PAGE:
- The UK has bigger problems. Britain has been convulsed over the Brexit conflict and is holding a contentious national election on December 12. British Prime Minister Boris Johnson, knowing that Trump is wildly unpopular, is reluctant to be seen as close to him. Also, Johnson’s major contender, Jeremy Corbyn, is a reluctant supporter of NATO. While his Labour Party is committed to NATO, over his career as an anti-war champion, Corbyn has called NATO “a danger to world peace and a danger to world security.” The last time Britain hosted NATO leaders in 2014, Corbyn told an anti-NATO rally that the end of the Cold War “should have been the time for NATO to shut up shop, give up, go home and go away.”
- A further complication is Scotland, which is home to a very unpopular Trident nuclear submarine base as part of NATO’s nuclear deterrent. A new Labour government would need the support of the Scottish National Party. But its leader, Nicola Sturgeon, insists that a precondition for her party’s support is a commitment to close the base.
- Europeans can’t stand Trump (a recent poll found he is trusted by only 4 percent of Europeans!) and their leaders can’t rely on him. Allied leaders learn of presidential decisions that affect their interests via Twitter. The lack of coordination was clear in October, when Trump ignored NATO allies when he ordered U.S. special forces out of northern Syria, where they had been operating alongside French and British commandos against Islamic State militants.
- The U.S. unreliability has led the European Commission to draw up plans for a European “defense union” that will coordinate military spending and procurement. The next step may be to coordinate military actions separate from NATO. The Pentagon has complained about EU countries purchasing military equipment from each other instead of from the United States, and has called this defense union “a dramatic reversal of the last three decades of increased integration of the transatlantic defence sector.”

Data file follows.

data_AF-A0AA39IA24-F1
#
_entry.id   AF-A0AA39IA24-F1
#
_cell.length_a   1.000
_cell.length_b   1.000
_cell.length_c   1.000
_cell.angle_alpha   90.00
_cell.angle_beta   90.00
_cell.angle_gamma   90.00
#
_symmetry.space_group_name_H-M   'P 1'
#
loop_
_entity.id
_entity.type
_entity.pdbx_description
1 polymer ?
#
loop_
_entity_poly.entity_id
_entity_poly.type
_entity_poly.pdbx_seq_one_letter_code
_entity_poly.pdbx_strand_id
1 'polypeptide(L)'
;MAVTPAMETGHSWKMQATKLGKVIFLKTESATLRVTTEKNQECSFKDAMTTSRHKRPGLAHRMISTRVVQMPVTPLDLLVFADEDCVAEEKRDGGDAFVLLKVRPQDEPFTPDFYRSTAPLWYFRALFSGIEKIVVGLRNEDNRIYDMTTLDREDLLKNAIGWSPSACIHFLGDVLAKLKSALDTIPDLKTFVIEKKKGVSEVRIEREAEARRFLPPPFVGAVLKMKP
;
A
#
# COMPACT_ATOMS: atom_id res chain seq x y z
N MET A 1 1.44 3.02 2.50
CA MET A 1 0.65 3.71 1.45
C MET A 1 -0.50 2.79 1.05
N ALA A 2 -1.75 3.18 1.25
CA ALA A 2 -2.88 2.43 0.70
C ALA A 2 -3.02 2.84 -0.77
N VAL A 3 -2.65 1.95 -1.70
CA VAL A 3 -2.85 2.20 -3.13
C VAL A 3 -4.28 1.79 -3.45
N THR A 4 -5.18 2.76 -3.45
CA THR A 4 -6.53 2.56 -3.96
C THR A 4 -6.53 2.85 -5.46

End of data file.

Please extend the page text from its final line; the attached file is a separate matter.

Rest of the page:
- Do Americans really want to go to war for Estonia? Article 5 of the Treaty states that an attack against one member “shall be considered an attack against them all,” meaning that the treaty obligates the U.S. to go to war on behalf of 28 nations—something most likely opposed by war-weary Americans who want a less aggressive foreign policy that focuses on peace, diplomacy, and economic engagement instead of military force.
An additional major bone of contention is who will pay for NATO. The last time NATO leaders met, President Trump derailed the agenda by berating NATO countries for not paying their fair share, and at the London meeting, Trump was expected to announce symbolic U.S. cuts to NATO’s operations budget.
Trump’s main concern is that member states step up to the NATO target of spending 2 percent of their gross domestic products on defense by 2024, a goal that is unpopular among Europeans, who prefer that their tax dollars go to nonmilitary items. Nevertheless, NATO Secretary-General Jens Stoltenberg will brag that Europe and Canada have added $100 billion to their military budgets since 2016—something Donald Trump will take credit for—and that more NATO officials are meeting the 2 percent goal, even though a 2019 NATO report shows only seven members have done so: the U.S., Greece, Estonia, the UK, Romania, Poland and Latvia.
In an age where people around the world want to avoid war and to focus instead on the climate chaos that threatens future life on earth, NATO is an anachronism. It now accounts for about three-quarters of military spending and weapons dealing around the globe. Instead of preventing war, it promotes militarism, exacerbates global tensions and makes war more likely. This Cold War relic shouldn’t be reconfigured to maintain U.S. domination in Europe, or to mobilize against Russia or China, or to launch new wars in space. It should not be expanded, but disbanded. Seventy years of militarism is more than enough.
This article was produced by Local Peace Economy, a project of the Independent Media Institute.